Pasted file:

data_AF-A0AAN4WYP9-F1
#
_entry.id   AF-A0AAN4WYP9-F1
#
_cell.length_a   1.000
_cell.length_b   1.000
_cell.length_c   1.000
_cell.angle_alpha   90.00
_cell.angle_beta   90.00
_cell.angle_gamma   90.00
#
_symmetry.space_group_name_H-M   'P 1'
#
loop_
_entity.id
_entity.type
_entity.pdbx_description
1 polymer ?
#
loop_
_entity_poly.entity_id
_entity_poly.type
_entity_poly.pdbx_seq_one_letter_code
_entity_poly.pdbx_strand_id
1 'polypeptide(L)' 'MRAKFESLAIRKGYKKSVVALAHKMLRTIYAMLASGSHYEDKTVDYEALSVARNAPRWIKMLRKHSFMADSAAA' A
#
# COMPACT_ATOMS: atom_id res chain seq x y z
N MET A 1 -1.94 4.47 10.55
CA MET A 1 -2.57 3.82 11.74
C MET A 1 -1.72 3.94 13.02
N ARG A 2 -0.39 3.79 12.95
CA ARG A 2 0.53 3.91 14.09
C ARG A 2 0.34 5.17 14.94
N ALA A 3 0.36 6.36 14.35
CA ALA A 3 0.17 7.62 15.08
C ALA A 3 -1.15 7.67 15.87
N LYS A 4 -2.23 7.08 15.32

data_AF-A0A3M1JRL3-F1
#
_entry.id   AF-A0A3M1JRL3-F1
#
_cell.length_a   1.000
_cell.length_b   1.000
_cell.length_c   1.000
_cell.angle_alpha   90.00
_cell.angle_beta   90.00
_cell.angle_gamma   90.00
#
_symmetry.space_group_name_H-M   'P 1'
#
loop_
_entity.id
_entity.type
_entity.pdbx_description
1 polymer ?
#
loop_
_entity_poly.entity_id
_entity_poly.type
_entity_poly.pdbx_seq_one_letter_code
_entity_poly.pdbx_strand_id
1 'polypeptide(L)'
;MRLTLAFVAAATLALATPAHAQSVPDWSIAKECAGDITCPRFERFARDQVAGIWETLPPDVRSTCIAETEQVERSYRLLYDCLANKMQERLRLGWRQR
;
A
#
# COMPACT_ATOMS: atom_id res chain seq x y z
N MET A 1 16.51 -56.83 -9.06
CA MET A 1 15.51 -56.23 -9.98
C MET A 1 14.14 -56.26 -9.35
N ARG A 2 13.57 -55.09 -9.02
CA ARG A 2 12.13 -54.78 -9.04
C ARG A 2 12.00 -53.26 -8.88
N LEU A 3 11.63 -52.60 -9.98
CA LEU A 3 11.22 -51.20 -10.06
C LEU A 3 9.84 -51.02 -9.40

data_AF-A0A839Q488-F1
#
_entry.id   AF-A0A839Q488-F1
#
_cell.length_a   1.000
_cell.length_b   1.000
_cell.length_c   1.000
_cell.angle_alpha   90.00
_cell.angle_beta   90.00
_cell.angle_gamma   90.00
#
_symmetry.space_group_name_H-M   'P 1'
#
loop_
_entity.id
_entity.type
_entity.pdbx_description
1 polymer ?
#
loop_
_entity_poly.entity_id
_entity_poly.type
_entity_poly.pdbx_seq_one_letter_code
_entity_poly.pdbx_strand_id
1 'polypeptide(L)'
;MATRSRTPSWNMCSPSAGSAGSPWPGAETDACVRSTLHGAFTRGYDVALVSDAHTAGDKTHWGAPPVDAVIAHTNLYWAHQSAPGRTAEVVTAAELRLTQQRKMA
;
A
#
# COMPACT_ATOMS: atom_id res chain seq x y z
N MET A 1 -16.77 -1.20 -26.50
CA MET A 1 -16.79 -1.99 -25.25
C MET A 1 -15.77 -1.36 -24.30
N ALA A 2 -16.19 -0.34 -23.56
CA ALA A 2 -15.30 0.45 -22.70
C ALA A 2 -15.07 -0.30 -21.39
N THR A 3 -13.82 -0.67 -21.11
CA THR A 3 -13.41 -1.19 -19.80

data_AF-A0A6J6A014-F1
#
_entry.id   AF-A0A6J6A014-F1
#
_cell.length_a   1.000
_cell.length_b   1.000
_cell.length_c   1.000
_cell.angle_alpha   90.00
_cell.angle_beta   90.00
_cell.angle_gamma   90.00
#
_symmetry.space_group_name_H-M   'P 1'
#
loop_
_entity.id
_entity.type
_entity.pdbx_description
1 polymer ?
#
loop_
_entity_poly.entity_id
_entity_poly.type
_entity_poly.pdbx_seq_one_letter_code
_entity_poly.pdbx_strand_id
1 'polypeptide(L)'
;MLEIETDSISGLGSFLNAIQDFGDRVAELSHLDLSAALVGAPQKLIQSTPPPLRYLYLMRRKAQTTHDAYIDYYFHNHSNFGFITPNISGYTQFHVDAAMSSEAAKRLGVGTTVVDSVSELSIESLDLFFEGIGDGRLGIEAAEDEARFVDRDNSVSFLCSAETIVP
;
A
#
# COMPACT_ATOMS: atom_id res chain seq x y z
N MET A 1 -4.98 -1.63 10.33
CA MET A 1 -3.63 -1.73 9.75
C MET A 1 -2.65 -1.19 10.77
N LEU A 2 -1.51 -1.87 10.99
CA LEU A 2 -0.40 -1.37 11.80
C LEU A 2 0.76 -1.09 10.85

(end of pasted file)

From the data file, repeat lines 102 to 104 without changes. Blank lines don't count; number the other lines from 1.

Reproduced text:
;MATRSRTPSWNMCSPSAGSAGSPWPGAETDACVRSTLHGAFTRGYDVALVSDAHTAGDKTHWGAPPVDAVIAHTNLYWAHQSAPGRTAEVVTAAELRLTQQRKMA
;
A